As I was growing up in the 1970s, my parents were devotees of Masterpiece Theater, which ran a seemingly endless series of BBC costume dramas. We only had one tv set (apart from a crappy little black and white set that lived in the kitchen), so I watched what they watched: The Six Wives of Henry VIII, Elizabeth R, Upstairs Downstairs, and I, Claudius. I think those shows played a big role in teaching me to love history. By the time I Claudius rolled around, I was old enough to have some real understanding of what was going on. It was my first introduction to Roman history, and I confess that whenever I think of Augustus, Livia, Caligula, and Claudius, I still tend to picture Brian Blessed, Sian Phillips, John Hurt, and Derek Jacobi. I watched the show again when I was in college and had studied some Roman history, so I appreciated it more. And over the years, I’ve thought about watching it again, now that I’ve had a chance to dig further into Roman history.
So I was incredibly excited when a reader of this blog made a very generous donation to my Paypal account and asked me to review I, Claudius. Last night as I sat down to watch the first episode, I felt a thrill of childhood nostalgia as the brash, jarring opening music played and a serpent slithered across a portrait of the Emperor Claudius. So my next couple of posts will be about this classic look at Rome’s first emperors.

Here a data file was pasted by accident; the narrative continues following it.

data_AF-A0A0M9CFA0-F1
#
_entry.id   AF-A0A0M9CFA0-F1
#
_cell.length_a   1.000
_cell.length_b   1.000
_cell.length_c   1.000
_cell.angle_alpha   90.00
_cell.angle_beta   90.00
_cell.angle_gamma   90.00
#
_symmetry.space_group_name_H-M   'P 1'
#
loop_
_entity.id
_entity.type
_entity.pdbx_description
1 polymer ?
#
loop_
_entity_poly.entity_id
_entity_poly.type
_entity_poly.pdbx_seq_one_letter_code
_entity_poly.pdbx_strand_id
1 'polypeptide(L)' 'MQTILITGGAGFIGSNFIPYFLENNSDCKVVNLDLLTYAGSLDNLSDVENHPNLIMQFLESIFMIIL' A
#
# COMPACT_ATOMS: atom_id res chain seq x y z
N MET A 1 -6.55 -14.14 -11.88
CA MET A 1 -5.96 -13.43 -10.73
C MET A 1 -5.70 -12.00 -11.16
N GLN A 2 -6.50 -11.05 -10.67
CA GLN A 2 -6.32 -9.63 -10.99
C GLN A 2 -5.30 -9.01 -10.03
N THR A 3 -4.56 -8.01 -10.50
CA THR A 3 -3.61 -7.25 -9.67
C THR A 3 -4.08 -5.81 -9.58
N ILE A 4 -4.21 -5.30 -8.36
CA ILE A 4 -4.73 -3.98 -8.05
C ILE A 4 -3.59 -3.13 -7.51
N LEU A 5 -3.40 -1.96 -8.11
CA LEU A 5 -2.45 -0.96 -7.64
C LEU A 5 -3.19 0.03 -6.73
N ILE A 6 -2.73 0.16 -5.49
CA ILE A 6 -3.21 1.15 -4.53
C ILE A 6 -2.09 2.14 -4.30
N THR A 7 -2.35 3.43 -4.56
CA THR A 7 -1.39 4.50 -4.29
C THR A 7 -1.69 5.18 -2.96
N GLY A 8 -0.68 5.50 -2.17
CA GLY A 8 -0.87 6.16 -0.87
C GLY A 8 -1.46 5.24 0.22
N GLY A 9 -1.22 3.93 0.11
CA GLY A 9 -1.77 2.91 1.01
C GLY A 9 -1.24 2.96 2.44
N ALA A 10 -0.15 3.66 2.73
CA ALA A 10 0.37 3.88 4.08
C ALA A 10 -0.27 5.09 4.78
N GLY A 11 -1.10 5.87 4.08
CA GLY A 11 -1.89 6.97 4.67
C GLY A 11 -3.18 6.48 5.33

The show has a lot to recommend it. The cast is excellent and one of the joys of the series is spotting actors you know for elsewhere, like Patrick Stewart, John Rhys-Davies, Simon McCorkindale, Bernard Hill (Theoden in the the Lord of the Rings movies), Kevin McNally (from the Pirates of the Caribbean series), Patricia Quinn (of Rocky Horror fame), John Castle (from my favorite movie ever), Patsy Byrne (Nursie in the second season of Blackadder), and someone from damn near every episode of Doctor Who ever made. The script is rich and complex, the characters fully-realized, and the story combines the emotional complexity of a family drama with the high melodrama of political intrigue. This show has everything: scheming, adultery, false accusations of rape, murder, poisonings, insanity, betrayal, incest… It’s everything American soap operas hope to be, but done much better and solidly based in historical fact.
The series is based on Robert Graves’ novels I, Claudius and Claudius the God, published n 1934 and 35. Graves was a celebrated poet, novelist, and non-fiction author; his White Goddess exercised a profound influence on the nascent neo-pagan revival, his collect of Greek myths still sells well, and his translation of the Latin classic The Golden Ass remains one of the best. The two I, Claudius novels, however, represent his greatest work; they still rank high on the list of the best English-language novels ever.